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Top 5 Credit Score Myths You Should Know About

Debunking 5 Common Credit Score Myths

Open this account, close that credit card, add yourself to this one, and spend more money! But do they work? Today, we’re diving into credit scores and financial wellness, debunking some common credit score myths many people believe are true.

Myth 1: Closing Old/Unused Accounts Improves Your Credit Score

One common misconception is that closing old or unused credit accounts will boost your credit score. However, closing these accounts could significantly lower your score.

First, it can decrease the average age of your credit history, an essential factor in credit scores. You’ve likely had it for a while if it is an old account. Creditors like seeing a stable payment history over the long term. Closing this old account erases that history. You can lower your credit score if your newer accounts lack the same history.

Second, closing these accounts could hurt your credit utilization ratio (CUR) by lowering your available credit. Think of your credit like a pie. If you have three credit cards with a $5000 limit each, one with a $1000 balance and another with a $500 balance, your CUR is 10% ($1500/$15000). If you close the unused card, instead of $1500 debt out of $15000 available credit, you have $1500 out of $10000, raising your ratio to 15%.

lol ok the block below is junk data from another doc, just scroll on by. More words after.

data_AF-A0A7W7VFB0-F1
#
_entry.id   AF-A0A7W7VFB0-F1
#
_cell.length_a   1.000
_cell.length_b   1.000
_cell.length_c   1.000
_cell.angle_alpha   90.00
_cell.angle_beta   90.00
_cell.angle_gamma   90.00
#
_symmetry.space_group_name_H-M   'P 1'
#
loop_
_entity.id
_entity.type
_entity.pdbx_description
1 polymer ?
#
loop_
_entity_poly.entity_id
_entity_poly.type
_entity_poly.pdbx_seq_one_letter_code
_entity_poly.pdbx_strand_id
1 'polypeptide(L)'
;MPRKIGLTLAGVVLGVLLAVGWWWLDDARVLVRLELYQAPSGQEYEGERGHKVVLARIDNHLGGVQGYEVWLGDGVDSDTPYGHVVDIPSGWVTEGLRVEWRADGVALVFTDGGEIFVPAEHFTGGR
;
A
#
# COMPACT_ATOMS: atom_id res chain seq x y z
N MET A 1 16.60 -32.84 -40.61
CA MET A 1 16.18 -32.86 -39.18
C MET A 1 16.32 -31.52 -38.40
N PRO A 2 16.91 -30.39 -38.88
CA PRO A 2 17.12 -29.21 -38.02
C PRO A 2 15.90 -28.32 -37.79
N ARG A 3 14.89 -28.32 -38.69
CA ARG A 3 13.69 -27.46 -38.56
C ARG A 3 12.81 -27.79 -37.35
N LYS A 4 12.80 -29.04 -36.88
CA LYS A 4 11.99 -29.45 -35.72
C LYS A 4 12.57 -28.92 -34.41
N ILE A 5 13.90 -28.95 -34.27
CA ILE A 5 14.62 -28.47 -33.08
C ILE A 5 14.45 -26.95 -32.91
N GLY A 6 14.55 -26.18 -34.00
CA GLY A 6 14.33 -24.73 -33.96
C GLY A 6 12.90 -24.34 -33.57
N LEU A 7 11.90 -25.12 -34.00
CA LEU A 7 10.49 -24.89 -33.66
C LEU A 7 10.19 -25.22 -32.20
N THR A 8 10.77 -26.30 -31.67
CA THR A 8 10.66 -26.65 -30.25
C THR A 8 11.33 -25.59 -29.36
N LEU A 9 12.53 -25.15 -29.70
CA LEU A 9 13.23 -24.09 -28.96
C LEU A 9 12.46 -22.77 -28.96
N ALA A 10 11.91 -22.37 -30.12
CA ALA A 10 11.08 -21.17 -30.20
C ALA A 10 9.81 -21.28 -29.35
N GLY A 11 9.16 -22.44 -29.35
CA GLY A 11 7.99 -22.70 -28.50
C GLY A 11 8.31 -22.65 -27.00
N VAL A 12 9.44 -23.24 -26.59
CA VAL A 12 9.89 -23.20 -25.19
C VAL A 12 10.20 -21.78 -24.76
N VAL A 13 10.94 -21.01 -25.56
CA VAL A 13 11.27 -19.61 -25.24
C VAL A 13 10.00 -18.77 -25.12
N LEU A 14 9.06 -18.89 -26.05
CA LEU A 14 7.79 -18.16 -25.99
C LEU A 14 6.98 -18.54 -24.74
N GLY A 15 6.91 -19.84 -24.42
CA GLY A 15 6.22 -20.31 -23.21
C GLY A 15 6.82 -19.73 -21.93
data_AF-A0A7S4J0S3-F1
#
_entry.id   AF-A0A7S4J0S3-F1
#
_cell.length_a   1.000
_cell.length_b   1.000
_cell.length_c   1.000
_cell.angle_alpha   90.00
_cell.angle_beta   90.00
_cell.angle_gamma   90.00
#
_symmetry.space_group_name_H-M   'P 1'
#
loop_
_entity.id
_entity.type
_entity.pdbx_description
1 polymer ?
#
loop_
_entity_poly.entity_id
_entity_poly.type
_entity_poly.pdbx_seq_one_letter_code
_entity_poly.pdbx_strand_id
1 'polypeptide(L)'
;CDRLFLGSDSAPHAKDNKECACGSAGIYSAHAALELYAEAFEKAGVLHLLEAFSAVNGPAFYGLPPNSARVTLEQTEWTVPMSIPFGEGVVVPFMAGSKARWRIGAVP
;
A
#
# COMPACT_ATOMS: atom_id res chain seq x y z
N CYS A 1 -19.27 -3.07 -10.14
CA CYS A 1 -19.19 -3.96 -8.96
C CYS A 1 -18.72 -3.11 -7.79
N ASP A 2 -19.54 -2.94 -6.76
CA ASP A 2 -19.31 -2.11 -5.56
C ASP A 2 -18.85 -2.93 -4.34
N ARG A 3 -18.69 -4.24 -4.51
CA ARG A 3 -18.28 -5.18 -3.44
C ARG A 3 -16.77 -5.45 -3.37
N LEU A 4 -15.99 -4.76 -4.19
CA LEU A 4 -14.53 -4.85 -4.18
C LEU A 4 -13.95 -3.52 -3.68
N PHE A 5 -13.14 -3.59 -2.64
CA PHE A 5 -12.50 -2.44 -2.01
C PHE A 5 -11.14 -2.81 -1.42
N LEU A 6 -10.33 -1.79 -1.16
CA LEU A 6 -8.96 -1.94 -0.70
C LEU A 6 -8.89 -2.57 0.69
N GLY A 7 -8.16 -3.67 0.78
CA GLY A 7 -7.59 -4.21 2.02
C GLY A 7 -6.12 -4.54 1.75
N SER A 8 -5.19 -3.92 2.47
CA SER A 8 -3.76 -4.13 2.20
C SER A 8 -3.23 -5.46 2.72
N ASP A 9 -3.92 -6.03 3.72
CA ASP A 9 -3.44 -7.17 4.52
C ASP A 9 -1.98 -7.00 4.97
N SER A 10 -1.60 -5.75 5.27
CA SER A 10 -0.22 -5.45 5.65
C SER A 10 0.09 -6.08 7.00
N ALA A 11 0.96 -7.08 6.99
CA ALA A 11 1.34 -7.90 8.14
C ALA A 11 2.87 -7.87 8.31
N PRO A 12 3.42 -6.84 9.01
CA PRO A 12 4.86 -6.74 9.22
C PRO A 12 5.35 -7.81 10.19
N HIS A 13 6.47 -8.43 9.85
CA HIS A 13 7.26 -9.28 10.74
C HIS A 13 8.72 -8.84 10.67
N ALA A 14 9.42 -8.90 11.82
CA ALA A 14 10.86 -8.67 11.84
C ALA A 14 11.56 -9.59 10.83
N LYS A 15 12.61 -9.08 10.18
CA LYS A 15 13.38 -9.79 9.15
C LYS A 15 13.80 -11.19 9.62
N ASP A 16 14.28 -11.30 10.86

Most lenders want you to keep your CUR under 30%. Carrying a 30% or higher balance could cost you precious points monthly. Before closing anything, please consult with your lender. If you aren’t buying anything right now, you will have time to recover as you continue making timely payments, as long as closing that card doesn’t push you over the 30% threshold.

Myth 2: Checking Your Credit Lowers Your Score

Contrary to popular belief, checking your credit score is a ‘soft inquiry’ and doesn’t impact your score. It’s rarely visible to other creditors. Please check your credit score regularly to see where you stand. The time for surprises regarding your score is outside of your lender when you want to buy a home.

On the other hand, credit cards, mortgage lenders, and auto financing companies pulling credit leave a “hard inquiry” mark. Multiple hard inquiries could drop your score. The initial mortgage pull might drop you 10 points. If you’re buying a house, subsequent inquiries by other lenders hit you way less.

If these inquiries happen within 30-45 days, credit reporting agencies understand you’re likely shopping for the best rate and could lump all those pulls into one inquiry. This keeps your score from dropping further. The same applies if you’re shopping for a car. Keep that shopping to 2-3 weeks to ensure those pulls are grouped into one hard inquiry.

This differs significantly from credit card companies. If you go on a shopping spree and open credit cards at every major retailer, your credit can drop considerably. These are all hard inquiries, and credit agencies will likely consider you a high-risk borrower.

Myth 3: Your Income Affects Your Credit Score

I hear this myth quite a bit. Some buyers who didn’t previously qualify for a loan call me and let me know they got a raise, so they’re sure their credit score will increase, allowing them to qualify. Unfortunately, your increased income doesn’t directly influence your credit score.